Study Sees Brain at Death, Suggests ‘Movie of Life’ Flashes

For the first time, researchers have been able to analyze images of a brain just as a person dies. The 87-year-old patient suffered from epilepsy and was in the middle of an electroencephalogram when he had a massive heart attack and died.

Scientists from universities in China, the United States and Canada managed to record 15 minutes of images and electromagnetic waves. Specifically in the 30 seconds before and after the last heartbeat, an increase in very specific brain waves was detected.

Known as “gamma oscillations”, the waves are linked to memory, meditation and dreams. According to the researchers, the discovery suggests that, moments before death, we can see a brief “movie of life”, with flashes of our fondest memories. The activated part of the brain also shows that this moment can leave the patient in a meditative and peaceful state seconds before dying.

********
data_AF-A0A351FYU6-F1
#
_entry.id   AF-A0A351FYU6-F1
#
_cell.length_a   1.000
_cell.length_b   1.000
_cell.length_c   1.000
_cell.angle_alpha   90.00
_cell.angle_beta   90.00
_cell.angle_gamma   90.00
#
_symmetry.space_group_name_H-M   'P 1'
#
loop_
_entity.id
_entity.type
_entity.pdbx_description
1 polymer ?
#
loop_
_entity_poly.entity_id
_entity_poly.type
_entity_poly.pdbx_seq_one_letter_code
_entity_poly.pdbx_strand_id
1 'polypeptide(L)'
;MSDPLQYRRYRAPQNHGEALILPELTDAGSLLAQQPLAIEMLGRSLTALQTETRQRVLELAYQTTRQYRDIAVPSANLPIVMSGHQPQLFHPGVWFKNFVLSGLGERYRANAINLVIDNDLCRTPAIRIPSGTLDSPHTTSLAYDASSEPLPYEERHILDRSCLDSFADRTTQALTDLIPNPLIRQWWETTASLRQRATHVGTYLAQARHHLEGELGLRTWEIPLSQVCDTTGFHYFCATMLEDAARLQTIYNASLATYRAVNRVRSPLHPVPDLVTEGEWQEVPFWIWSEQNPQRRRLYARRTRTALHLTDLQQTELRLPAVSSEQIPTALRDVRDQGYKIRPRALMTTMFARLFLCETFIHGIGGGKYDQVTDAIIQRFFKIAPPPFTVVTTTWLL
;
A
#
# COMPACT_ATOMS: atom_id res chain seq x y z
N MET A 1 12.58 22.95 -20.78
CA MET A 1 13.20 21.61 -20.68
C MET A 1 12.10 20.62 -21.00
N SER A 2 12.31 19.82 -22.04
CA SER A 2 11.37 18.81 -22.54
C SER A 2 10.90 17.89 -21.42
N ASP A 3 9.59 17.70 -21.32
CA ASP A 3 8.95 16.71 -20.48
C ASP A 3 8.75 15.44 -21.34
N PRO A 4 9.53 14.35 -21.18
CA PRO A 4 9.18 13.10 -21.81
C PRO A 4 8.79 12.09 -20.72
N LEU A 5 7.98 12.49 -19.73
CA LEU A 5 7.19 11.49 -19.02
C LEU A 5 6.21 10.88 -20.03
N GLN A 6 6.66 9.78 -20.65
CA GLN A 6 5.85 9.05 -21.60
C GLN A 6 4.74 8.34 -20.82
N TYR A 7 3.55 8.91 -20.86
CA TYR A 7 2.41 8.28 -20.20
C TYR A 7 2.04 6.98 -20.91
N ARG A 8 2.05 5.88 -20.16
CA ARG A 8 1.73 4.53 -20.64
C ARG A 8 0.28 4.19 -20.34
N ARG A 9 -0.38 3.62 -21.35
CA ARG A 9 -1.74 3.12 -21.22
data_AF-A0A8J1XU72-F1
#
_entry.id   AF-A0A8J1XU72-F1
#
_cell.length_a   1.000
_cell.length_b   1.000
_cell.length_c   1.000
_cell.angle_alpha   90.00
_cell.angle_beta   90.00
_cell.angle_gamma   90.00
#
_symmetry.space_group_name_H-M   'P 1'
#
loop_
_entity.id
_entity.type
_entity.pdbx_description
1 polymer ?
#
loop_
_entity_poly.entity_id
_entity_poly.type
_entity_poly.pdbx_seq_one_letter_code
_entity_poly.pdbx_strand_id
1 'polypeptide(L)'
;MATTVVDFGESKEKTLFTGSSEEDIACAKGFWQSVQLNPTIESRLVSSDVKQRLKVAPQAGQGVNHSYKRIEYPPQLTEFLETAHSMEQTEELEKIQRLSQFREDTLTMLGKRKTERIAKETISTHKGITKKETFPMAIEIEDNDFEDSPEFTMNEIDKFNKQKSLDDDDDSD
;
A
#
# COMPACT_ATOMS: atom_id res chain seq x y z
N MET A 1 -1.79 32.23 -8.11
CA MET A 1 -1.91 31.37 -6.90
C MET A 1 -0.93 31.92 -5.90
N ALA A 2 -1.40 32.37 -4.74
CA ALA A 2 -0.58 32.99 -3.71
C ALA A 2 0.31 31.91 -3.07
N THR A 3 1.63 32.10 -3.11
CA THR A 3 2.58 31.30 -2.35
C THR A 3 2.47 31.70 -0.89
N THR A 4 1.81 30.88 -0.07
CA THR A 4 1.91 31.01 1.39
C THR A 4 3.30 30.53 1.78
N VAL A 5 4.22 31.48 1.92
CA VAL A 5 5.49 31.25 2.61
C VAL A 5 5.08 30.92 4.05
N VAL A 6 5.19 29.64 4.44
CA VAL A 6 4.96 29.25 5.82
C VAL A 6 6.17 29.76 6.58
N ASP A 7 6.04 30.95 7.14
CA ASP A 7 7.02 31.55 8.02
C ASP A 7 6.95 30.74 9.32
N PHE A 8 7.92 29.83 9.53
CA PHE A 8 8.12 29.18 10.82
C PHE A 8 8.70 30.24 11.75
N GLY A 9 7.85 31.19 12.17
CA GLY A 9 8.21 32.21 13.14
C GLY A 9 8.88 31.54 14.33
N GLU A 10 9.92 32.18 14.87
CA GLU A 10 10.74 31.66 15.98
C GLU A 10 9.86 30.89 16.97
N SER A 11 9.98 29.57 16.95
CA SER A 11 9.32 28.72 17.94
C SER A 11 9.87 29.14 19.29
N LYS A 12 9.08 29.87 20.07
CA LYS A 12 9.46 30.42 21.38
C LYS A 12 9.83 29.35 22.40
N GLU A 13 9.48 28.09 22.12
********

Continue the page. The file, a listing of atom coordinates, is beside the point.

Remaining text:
Similar waves had previously been observed in mice, but never in humans. Neurosurgeon Ajmal Zemmar, from the University of Toronto, Canada, and the University of Louisville, USA, organized the study and explains that the data points to a memory retrieval system similar to what is saved in near-death situations.

“These results challenge our understanding of the exact end of life and raise other important questions, such as the best time to donate organs,” explains the doctor.

The study was published in the scientific journal Frontiers in Aging Neuroscience last Wednesday (2/22). However, the researchers point out that the research only considers data from one patient, and that epilepsy had previously damaged the brains of older people. Further research is needed to see if the scenario happens to everyone.

“What we’ve learned in this research is that even though our loved ones have closed their eyes and are ready to leave us, their brains may be replaying some of the best times they’ve had in their lives,” adds Zemmar.

Source: Metropolis | Photo: Haydenbird/GettyImages

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